To you all,

While we find ourselves rooted suddenly in place, it’s worth reflecting on how we’re also rooted in time. I’m very grateful to Canon Alan Deboo for this wise and encouraging reflection on our shared roots in scripture and prayer. Perhaps the language of ‘our roots’ is less about our staying put, and more about our flourishing; less about where we belong and more about who we become…


O Lord, open thou our lips.
And our mouth shall show forth thy praise.
O God, make speed to save us.
O Lord, make haste to help us.

From Morning and Evening Prayer in the Book of Common Prayer

These familiar verses are adapted from the Psalms. Since time immemorial they have opened the daily offices through which the Christian Church offers unceasing praise to God.

The verses are mentioned by St Benedict (c. 480 – c. 543), founder of the Benedictine Order, which for centuries has guarded and expressed the devotional discipline of the Church. He inherited them from John Cassian (c. 360 – c. 435), who brought monastic devotion from the deserts of Egypt to southern France in about 415.

But if you look up the verses in the Bible you will see that the pronouns are in the singular! So, according to the New Revised Standard Version, Psalm 51 verse 15 reads ‘O Lord, open thou my lips, and my mouth shall show forth thy praise’. Likewise Psalm 70 verse 1: ‘Be pleased, O God, to deliver me. O Lord, make haste to help me!’

The versicles and responses at the beginning of Matins in the short-lived First English Prayer Book of 1549 were also in the singular. In the language of 1549 they read:

O Lorde, open thou my lippes.
And my mouth shall shewe forth thy prayse.
O God, make speed to saue me.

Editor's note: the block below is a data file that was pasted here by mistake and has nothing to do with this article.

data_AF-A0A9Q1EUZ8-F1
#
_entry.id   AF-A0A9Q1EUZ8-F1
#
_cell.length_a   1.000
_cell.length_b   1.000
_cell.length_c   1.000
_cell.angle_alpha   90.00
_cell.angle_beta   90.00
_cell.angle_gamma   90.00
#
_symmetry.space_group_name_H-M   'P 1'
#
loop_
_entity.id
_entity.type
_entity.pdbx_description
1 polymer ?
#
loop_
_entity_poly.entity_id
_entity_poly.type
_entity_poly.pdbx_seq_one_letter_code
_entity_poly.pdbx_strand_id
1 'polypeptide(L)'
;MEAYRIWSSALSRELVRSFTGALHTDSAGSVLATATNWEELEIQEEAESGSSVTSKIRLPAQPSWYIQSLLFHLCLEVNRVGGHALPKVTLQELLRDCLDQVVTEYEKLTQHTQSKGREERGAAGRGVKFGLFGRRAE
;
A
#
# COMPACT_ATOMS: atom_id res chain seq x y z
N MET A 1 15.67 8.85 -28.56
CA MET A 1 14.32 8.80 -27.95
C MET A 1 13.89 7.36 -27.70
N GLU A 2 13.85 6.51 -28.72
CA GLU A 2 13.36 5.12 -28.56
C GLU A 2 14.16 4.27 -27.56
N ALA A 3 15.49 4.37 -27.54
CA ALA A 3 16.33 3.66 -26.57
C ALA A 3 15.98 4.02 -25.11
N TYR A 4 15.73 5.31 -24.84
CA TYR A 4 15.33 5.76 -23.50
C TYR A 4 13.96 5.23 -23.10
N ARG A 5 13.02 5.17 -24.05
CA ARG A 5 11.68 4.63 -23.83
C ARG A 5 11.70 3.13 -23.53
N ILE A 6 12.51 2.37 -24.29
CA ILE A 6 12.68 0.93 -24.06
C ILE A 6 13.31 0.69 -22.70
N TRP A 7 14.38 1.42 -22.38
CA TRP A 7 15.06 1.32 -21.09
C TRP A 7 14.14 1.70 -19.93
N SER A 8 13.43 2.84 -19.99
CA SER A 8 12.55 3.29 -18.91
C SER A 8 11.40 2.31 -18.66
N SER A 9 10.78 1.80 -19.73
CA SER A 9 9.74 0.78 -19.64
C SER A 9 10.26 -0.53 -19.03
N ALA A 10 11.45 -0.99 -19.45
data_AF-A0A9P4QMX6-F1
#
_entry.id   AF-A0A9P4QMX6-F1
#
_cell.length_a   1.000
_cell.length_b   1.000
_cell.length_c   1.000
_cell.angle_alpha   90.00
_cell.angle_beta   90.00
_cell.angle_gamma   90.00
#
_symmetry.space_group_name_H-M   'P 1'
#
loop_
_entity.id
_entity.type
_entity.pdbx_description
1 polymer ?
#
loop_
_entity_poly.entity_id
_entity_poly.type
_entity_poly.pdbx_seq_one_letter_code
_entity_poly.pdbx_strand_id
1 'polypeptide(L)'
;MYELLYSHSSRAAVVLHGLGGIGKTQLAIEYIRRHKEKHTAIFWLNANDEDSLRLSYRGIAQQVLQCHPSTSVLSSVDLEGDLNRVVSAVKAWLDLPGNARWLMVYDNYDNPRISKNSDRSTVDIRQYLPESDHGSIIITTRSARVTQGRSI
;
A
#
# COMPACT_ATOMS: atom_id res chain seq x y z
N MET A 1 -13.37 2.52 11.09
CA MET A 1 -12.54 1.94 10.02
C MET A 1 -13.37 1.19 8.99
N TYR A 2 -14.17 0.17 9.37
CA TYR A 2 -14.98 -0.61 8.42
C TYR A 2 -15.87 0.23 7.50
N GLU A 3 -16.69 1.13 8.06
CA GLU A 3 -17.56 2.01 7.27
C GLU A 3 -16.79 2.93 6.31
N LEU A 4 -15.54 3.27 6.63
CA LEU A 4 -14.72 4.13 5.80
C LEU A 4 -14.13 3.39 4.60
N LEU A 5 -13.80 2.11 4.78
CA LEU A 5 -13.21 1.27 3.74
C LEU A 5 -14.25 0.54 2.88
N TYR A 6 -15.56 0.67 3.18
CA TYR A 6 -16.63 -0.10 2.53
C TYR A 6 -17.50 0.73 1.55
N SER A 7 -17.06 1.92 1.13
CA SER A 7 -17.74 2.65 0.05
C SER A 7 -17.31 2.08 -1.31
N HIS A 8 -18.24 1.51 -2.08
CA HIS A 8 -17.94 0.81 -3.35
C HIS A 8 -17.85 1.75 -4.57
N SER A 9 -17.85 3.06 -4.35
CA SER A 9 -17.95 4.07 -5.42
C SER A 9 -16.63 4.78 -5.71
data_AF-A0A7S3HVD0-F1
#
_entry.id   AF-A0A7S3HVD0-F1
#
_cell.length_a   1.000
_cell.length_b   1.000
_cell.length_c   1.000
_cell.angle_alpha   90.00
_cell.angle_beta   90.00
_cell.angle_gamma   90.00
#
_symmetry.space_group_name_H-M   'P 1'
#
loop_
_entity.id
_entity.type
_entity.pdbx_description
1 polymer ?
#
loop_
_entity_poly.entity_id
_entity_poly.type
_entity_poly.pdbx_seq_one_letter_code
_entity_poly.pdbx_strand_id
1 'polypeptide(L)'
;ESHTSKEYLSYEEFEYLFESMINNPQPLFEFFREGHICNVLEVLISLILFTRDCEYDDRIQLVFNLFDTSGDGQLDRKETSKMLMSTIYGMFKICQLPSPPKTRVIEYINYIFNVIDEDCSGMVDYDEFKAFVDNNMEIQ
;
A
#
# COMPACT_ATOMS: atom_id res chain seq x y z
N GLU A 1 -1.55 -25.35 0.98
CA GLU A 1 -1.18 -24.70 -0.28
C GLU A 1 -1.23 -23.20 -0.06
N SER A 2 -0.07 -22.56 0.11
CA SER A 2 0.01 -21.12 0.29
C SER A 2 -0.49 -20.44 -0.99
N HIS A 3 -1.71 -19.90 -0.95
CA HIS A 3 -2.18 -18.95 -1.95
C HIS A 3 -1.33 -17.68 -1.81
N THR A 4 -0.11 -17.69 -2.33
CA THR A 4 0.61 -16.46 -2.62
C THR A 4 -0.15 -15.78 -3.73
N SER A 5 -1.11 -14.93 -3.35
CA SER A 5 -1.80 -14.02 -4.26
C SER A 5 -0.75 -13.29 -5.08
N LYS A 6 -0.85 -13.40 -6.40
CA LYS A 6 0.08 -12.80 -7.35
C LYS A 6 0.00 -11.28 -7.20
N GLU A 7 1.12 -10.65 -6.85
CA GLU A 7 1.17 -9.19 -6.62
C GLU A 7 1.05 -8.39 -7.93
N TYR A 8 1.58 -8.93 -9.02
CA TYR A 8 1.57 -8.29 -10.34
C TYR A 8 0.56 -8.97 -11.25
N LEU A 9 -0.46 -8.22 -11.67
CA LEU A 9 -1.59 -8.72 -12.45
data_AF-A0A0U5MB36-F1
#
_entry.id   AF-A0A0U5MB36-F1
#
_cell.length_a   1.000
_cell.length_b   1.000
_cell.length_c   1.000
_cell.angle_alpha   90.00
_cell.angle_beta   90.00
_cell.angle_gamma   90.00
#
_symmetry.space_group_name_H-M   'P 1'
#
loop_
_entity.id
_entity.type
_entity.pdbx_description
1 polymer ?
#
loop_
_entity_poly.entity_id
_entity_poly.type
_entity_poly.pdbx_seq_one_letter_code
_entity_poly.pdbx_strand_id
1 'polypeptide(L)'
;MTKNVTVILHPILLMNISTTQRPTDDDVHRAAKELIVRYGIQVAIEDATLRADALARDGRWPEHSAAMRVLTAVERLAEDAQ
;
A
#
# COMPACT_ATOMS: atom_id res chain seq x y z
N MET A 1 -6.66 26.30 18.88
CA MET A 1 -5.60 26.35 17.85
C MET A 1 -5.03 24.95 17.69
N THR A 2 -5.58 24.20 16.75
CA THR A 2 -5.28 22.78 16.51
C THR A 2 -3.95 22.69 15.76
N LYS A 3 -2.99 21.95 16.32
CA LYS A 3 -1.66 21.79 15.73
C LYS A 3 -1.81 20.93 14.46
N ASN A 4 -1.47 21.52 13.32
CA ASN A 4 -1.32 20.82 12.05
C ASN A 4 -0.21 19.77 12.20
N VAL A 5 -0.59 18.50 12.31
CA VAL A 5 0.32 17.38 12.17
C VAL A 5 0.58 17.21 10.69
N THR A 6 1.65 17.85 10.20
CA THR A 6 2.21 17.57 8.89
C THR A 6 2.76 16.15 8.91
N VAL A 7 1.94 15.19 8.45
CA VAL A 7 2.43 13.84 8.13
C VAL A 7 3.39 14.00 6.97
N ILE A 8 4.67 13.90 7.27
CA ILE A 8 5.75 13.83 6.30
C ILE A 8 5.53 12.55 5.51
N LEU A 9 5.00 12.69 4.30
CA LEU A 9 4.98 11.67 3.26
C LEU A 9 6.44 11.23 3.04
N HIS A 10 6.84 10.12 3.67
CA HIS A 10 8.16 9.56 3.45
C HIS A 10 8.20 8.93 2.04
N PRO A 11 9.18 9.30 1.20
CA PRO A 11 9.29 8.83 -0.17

O Lorde, make haste to help me.

My became our and me became us in the Prayer Book of 1552. The change from 1549 was deliberate. Individual prayers for divine assistance became collective petitions. The change was to emphasise the corporate nature of the Church’s worship and prayer. Me becomes us: the people offer common worship and pray as a one. ‘For we being many are one body’.

The measures we are taking and enduring to counter the coronavirus remind us forcibly of our shared frailty and vulnerability. Prominent cases of infection demonstrate that status and wealth provide no defence and make no difference. Escape or protection from the infection cannot be procured. At this time of crisis we are all in the same boat – hence the vociferous criticism of those who shop selfishly or blatantly ignore sensible advice intended for the common good.

I suggest our society needs more emphasis on Our and Us and less on My and Me. Perhaps this crisis will provide a long-lasting reminder of our shared humanity and responsibility for each other.

O Lord, open thou our lips.
And our mouth shall show forth thy praise.
O God, make speed to save us.
O Lord, make haste to help us.

Alan Deboo


‘Me becomes Us.’ Look around: in our parishes and villages and streets you can see everywhere me becoming us. Neighbourliness is in rude health. And with our churches closed, it remains the case that even when praying alone: it’s always ‘we’ and ‘our’ and ‘us’. For whenever we pray we pray with all the angels and archangels and the whole company of heaven. It doesn’t get more ‘we’ than that.

Here’s Morning Prayer at its tenderest played / prayed by Sarah-Jane Summers:

Heavenly Father,
we give thanks for our rich inheritance of scripture, of psalms and prayer.
Through our shared roots, draw us closer and closer to one another, and to You;
through our shared calling, urge us further and further along the Way of faith,
so that we and all the company of Heaven
may find fulfilment finally in your Son, Jesus Christ,
our Lord and Saviour.
Amen

Posted by Team editor